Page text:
Do you dual-boot your Mac with at least one other installation of OS X? If so then you might benefit from setting up each installation so the other boot partition that mounts is read-only.
When you install OS X, the drive it resides on will be formatted to Mac OS Extended, a format that is fully writable by any current version of OS X. As a result, when you load one OS X installation, the volume containing the other will mount as a secondary drive in which you can edit files.
While for the most part the contents of a secondary drive should not be affected if you ignore it, there is a possibility programs you use may attempt to change files on the drive. One approach to avoiding such changes is to manually unmount the drive (or create a script that does so), or prevent it from mounting in the first place so it remains relatively hidden and inaccessible, but this will prevent services like the OS X Startup Disk system preferences pane from seeing the boot partition.
To do this, first open Disk Utility in the Applications > Utilities folder, and then select the secondary boot volume in the device list on the left-hand side of the window. Now press Command-i to get information on the volume. In the window that pops up, locate the “Universal Unique Identifier” (UUID) string, which is a series of letters and numbers separated by dashes. Select the entire UUID and press Command-c to copy it.
With this UUID in hand, you now need to edit the system’s “fstab” file with special code to have the volume mount in read-only mode:
- Open the Terminal utility
- Run the following command:
sudo pico /etc/fstab
- Add the following line to the fstab file, and change the UUID from all zeros as shown here, to the value of the copied UUID from Disk Utility:
UUID=00000000-0000-0000-0000-000000000000 none hfs ro
- Press Control-o to write the file changes, and then Control-x to exit the editor.
With these changes in place, the next time you reboot your Mac, the volume specified by the UUID will be readable, but you will not be able to write to it.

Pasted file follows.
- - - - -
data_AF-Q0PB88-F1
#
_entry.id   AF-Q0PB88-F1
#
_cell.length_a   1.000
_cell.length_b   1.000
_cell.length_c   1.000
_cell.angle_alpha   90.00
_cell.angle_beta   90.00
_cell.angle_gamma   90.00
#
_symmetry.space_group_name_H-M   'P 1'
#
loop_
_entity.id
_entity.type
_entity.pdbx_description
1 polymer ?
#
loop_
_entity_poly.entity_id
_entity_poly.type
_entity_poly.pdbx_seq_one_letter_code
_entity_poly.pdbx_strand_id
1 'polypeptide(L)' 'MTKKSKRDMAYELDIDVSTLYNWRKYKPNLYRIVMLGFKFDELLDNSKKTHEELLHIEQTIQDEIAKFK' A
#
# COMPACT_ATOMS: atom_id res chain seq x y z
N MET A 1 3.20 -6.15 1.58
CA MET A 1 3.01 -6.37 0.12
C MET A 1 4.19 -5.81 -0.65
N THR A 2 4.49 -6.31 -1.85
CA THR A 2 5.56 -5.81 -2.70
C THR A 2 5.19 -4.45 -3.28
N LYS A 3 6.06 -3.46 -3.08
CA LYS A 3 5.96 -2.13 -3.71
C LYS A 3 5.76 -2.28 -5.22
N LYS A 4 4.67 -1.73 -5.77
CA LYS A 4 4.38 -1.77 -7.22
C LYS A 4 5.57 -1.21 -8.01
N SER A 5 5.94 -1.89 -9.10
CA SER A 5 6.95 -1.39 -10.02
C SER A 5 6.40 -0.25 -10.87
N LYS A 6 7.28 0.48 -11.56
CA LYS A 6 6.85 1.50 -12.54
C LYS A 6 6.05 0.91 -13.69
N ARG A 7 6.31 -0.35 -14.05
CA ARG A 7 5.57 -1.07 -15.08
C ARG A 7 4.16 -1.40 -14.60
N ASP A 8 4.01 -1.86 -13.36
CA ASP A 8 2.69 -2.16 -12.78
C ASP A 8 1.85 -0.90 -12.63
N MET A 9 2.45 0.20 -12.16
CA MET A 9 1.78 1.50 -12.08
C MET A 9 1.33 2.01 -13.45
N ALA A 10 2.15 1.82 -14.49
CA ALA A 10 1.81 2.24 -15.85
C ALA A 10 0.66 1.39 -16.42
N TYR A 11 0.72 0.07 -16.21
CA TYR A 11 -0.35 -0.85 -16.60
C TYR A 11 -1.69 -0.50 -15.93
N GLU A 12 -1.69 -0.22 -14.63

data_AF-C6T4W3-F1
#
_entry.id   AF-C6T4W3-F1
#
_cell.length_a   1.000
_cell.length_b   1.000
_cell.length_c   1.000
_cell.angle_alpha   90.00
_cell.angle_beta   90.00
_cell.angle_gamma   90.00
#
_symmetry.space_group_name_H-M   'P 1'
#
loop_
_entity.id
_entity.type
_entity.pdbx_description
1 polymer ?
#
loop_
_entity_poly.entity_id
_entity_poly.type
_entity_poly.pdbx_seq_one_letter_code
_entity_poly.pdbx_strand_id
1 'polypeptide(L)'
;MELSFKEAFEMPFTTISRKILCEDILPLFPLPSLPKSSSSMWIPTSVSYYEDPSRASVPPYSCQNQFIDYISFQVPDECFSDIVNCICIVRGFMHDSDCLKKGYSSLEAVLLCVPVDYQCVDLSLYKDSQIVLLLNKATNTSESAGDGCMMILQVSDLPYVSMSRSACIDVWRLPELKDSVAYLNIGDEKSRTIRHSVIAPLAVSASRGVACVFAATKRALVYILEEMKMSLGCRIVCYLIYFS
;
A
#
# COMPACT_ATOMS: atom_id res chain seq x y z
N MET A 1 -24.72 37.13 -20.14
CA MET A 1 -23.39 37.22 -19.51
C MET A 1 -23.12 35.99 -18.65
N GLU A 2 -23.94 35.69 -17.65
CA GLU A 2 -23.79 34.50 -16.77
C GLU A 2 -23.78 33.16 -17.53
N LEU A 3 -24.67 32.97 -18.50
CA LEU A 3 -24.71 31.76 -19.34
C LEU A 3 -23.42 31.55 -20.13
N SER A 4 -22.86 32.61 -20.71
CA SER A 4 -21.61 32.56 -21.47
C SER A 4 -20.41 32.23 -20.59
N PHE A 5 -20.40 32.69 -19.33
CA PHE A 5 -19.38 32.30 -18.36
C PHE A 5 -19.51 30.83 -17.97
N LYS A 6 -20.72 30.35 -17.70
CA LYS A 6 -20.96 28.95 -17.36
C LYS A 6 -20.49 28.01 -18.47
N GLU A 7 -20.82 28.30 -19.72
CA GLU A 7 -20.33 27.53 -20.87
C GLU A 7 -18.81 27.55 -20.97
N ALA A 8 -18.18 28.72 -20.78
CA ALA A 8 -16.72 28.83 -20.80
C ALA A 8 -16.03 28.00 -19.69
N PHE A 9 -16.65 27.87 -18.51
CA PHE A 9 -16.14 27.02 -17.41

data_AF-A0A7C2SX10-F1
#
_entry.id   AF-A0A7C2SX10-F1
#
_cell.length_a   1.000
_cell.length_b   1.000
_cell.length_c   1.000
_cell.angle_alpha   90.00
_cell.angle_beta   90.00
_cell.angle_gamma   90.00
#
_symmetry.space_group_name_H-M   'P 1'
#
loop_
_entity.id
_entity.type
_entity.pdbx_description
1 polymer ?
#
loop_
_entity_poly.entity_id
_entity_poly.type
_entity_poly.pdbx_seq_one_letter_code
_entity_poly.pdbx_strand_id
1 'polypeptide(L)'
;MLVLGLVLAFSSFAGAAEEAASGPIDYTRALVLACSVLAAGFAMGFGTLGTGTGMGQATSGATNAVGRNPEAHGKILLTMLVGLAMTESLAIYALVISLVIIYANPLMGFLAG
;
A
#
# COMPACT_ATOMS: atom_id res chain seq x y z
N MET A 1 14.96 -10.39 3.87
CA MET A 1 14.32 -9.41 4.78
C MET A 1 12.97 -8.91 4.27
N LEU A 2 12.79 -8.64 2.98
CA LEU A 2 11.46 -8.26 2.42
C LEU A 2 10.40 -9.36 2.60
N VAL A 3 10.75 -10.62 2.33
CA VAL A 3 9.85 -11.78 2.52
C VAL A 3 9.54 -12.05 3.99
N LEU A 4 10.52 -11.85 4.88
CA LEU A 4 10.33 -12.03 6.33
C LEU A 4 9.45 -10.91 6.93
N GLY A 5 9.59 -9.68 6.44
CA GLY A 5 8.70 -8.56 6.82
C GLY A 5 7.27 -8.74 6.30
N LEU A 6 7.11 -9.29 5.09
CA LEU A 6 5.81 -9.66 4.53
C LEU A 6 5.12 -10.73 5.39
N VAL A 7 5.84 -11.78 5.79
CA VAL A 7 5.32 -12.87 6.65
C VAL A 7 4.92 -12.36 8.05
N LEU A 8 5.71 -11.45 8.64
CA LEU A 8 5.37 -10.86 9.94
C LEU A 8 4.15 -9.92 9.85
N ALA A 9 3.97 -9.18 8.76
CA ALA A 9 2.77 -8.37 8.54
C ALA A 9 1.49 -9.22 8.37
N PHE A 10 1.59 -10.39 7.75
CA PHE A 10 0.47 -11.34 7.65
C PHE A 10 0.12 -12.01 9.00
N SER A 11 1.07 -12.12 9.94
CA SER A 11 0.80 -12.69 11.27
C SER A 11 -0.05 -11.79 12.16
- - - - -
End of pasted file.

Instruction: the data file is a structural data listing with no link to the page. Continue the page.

Note that while this is outlined here for boot volumes, you can do this for any volume you attach to your Mac. The only thing to keep in mind is if you are using a Windows-compatible drive (ie, one formatted to FAT32), then you will need to specify this as “msdos” in the fstab entry, instead of “hfs.” Beyond this, the process is exactly the same.
I’m hard pressed to see where this would be useful. If a boot volume is read only, it will almost certainly have problems if you actually try to boot from it. Virtual memory, for one thing, needs to be able to write to the boot volume. Other system operations also require write access for cache and log files and such. These problems seem to me to far outweigh the risk of some random write operations to the drive from another boot volume. Further, most boot volumes need to be accessed from time to time to update files and apps, like utilities, that you may keep on them. Both copying files and updating them require write access.
Since you don’t give a real world example where it would be desirable to have a boot volume set to write only, I suspect you are equally hard pressed to imagine a case where this would be useful.
I think this is the proverbial solution in search of a problem.
No. This only makes the secondary (unused) boot volume read-only from within the current operating system. You will still be able to boot from it, and when you do so, the volume will be fully readable by the OS that is installed on it.
What this does is prevent the drive from being modified when you are NOT booted to it.
This can be a very good safety measure for systems with multiple boot partitions. The problem is very real and can be an issue if you are not careful.
OK. With that clarification the technique may have value though I still don’t know exactly what they might be. I often have numerous secondary drives with boot and data partitions connected to my system that I use in my Mac tech support business. I actually need to be able to manually update files on them on a regular basis, including non-Apple web browsers and various third-party utilities. If any files have been modified without my knowledge, as you describe, I have never noticed it. Another reason to keep them writable is so that I can do routine maintenance on the partitions to keep them operating at their best. I can’t afford to go to a job with a boot drive that won’t boot.
I don’t mean to be a scold. If you can list some of the inappropriate operations that need to be prevented, I would be interested to know of them. As the saying goes, you cannot beat something with nothing. Your vague description arouses my curiosity but not my concern – as you offer nothing substantive to be concerned about.
Is there any application (GUI) to do it? This may be handy, for instance, when DiskWarrior asks to boot from a read-only disk like a CD-ROM but you do not want to waste CD-ROM any more.
This could be useful for read-only data, like a movie collection that you want to avoid/minimize the possibility of getting corrupted by systems defragmentation or power losses.